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  • Writer's pictureMaria Varallo

How to say no well and skilfully

We all like to be asked for our opinion or to be nominated as the one who ‘knows’ has the knowledge or experience – the go to person. Of course, it's great if others think of us as knowledgeable and capable.

 

However, it can also be annoying if you’re continually being asked or put forward either in the workplace, volunteering or socially. You’ll probably start to feel resentful because it can be a burden, a time stealer, and it’s disruptive. Being helpful and not wanting to say ‘no’ is so generous but it’s tiring and frustrating.


Here’s some practical tips

 

Try saying ....

 

“Let me think about that and I will get back to you by _______ with a decision.”

Do get back to them by your deadline, remember you are trustworthy and reliable. Now you have time to think, what do you honestly want to do? What are the benefits if you go through with it?

 

If you get put on the spot and need to answer immediately, first take a second and ask for clarification and check your understanding. This ensures you've heard correctly and gives you a couple of seconds thinking time. Your responses could be ....

 

“If I’ve heard you correctly John, you would like me to produce The Very Important Report by 9 a.m. tomorrow, instead of next week. Is that right?”

 

Now maybe you do actually want to do it, it could be an opportunity for you or is it just another thing to do, adds to your stress and clearly an unreasonable deadline?

 

If you have some kind of career plan it will inform your decision and you'll know immediately if it's a good opportunity. Taking on extra work sometimes can be a positive. Building your skills and experience, getting your name on a key document or getting your name infront of key people. Or maybe it’s just good to build points in the favour bank of the person who has asked – think strategically.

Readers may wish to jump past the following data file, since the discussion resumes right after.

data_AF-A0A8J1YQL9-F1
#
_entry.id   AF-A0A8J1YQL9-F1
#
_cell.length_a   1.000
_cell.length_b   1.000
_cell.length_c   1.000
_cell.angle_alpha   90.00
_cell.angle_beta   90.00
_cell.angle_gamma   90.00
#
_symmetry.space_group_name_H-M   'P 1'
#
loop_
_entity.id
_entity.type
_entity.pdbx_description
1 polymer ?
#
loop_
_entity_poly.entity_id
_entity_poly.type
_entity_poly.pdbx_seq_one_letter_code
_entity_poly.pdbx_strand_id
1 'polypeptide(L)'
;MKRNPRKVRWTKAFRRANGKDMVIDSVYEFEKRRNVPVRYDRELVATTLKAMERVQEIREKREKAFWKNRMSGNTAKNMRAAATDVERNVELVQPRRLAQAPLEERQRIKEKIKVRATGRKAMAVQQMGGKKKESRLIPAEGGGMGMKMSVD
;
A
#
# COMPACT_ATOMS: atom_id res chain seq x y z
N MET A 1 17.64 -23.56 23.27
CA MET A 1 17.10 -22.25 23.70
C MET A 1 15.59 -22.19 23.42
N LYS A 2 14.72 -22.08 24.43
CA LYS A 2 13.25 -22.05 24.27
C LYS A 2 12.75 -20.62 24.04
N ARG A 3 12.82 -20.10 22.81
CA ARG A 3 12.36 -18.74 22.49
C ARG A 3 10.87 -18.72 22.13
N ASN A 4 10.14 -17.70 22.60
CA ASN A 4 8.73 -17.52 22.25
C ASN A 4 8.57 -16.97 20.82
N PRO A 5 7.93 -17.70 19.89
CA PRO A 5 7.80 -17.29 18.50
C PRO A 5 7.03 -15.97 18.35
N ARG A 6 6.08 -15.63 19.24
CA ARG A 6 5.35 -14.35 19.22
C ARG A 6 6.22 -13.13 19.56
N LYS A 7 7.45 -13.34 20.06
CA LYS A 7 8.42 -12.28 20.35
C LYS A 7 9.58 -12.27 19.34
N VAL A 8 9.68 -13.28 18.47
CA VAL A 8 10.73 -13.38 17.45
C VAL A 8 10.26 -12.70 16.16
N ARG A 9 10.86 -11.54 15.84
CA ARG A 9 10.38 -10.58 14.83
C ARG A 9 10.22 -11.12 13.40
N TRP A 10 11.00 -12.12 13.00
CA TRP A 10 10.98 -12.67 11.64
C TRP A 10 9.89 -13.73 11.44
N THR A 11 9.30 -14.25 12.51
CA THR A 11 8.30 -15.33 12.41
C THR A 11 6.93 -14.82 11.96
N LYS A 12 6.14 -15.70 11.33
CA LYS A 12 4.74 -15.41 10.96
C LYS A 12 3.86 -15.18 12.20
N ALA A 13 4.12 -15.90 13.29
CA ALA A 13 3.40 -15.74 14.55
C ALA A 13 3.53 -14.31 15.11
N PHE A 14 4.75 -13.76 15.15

However, if you do not want to do it try saying ...

 

“I understand, however I’m not the right person to ask, I would not be able to meet the deadline/I have no knowledge/not my subject. So, thanks for asking, I’m going to decline.”

 

“Ok I’m not going to be able to complete this by the deadline, however, ask me about ___________________ anything in my area and I’m your woman. Thanks anyway for asking.”

 

Importantly, remember your gestures and body language. We often forget that the frustration shows in our non-verbal leakage (clenched fists, biting nails, hunched shoulders or gritted teeth) and our voice. If you’re on the phone or in a call be mindful of your voice and upper body, it can help to stand up and walk about if you on the phone, it allows more air to the lungs which affects your voice.

 

If you feel guilty for saying no, remember every time you say no, it’s a yes to you, cheesy but true. It gives you the time to do what you want to do. It really helps minimise the guilt if you’re clear on your priorities and your values. Your values also create your boundaries and gives insight into your expectations of others and yourself.

  

Saying no is freeing, assertive and shows you have priorities.

 

It allows you to commit and follow through on what you want and need to do. Others will respect you for it as they know where they are with you, you build a reputation and are trustworthy.



 

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